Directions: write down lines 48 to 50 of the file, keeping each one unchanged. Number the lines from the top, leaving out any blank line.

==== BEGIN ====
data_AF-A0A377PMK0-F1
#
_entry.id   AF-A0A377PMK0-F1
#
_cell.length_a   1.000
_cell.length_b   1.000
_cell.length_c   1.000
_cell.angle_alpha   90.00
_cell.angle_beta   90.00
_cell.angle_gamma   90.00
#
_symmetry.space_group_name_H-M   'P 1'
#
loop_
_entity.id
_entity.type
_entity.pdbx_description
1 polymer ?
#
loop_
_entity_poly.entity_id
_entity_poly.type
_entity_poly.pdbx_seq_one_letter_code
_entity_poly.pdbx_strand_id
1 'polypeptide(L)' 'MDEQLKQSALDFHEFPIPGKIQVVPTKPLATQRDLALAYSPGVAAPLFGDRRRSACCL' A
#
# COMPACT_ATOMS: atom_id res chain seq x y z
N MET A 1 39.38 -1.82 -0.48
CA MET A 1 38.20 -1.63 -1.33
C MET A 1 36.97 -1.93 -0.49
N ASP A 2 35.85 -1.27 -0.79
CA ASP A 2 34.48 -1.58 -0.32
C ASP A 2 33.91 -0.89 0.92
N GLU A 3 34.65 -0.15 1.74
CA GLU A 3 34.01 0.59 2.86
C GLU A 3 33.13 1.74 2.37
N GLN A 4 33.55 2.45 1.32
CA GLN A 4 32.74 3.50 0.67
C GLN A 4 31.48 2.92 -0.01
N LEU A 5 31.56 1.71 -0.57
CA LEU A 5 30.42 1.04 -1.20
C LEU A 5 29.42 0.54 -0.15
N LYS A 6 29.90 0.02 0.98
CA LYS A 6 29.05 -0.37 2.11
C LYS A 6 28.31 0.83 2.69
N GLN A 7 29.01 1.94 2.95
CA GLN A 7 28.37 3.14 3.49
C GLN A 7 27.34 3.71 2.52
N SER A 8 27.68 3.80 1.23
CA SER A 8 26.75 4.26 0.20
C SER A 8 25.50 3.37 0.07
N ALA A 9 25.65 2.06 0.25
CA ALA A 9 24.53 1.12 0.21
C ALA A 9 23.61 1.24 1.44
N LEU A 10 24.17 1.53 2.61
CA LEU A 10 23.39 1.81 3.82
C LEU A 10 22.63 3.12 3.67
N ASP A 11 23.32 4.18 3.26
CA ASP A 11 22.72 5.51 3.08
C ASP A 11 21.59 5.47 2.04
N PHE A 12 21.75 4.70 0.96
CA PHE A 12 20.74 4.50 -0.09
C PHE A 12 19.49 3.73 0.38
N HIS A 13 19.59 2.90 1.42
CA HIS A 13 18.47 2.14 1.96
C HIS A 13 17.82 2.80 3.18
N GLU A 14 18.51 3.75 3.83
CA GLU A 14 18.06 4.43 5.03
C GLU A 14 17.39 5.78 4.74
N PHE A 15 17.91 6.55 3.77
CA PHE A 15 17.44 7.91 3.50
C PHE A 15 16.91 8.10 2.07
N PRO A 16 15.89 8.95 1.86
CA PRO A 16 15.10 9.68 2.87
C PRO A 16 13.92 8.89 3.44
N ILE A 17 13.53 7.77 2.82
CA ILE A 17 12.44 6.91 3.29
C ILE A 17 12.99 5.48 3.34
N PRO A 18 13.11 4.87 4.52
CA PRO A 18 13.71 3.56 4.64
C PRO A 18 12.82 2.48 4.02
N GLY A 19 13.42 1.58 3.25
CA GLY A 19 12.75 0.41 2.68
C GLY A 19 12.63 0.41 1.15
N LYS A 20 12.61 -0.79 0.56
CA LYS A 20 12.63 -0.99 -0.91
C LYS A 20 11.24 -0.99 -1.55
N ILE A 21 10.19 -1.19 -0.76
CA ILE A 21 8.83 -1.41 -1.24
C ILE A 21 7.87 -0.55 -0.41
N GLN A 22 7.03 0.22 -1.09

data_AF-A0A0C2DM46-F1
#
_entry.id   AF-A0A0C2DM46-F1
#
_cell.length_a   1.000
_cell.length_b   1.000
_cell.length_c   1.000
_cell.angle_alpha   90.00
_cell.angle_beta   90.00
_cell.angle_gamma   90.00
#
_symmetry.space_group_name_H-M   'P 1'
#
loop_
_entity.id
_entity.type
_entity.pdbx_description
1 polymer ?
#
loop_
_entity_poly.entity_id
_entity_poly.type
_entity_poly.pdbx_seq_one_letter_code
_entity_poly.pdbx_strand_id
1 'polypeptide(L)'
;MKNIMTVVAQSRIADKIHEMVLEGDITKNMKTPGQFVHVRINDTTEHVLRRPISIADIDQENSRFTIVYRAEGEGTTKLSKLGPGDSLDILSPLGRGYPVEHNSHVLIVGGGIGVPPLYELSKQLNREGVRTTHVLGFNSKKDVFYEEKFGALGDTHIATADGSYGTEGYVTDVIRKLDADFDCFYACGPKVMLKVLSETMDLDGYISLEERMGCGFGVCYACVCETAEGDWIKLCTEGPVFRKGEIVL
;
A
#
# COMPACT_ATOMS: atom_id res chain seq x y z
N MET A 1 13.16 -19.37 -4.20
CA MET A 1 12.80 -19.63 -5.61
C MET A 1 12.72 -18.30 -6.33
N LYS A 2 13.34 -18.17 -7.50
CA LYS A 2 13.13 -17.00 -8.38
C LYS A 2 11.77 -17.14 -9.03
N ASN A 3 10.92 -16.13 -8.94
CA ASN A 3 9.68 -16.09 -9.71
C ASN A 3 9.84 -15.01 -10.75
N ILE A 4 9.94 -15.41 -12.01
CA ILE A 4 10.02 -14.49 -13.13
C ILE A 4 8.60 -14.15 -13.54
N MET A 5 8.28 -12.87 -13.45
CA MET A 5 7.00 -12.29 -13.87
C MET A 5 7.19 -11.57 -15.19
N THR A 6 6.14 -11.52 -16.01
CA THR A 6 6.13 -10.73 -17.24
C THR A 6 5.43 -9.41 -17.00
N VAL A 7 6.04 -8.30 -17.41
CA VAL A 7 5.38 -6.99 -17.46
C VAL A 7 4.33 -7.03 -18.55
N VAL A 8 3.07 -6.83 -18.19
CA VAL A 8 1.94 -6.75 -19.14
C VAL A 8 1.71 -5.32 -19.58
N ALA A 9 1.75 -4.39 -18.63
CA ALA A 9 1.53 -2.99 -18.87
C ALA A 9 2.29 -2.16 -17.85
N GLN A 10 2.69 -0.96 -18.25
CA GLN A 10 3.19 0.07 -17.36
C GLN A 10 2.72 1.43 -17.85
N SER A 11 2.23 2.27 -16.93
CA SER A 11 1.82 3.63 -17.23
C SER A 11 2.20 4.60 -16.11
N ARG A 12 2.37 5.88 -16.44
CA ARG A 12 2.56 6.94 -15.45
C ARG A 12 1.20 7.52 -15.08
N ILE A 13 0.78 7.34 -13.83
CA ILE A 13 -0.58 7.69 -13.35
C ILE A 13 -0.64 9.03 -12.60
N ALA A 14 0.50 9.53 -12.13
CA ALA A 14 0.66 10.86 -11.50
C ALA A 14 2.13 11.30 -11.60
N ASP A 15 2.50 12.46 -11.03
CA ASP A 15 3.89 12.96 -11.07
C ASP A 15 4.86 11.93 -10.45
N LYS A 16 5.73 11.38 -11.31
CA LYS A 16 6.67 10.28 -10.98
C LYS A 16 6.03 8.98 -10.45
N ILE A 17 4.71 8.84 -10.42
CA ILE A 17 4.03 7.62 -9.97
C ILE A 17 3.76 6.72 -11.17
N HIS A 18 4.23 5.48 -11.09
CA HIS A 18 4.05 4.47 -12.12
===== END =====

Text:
C GLN A 7 27.34 3.71 2.52
N SER A 8 27.68 3.80 1.23
CA SER A 8 26.75 4.26 0.20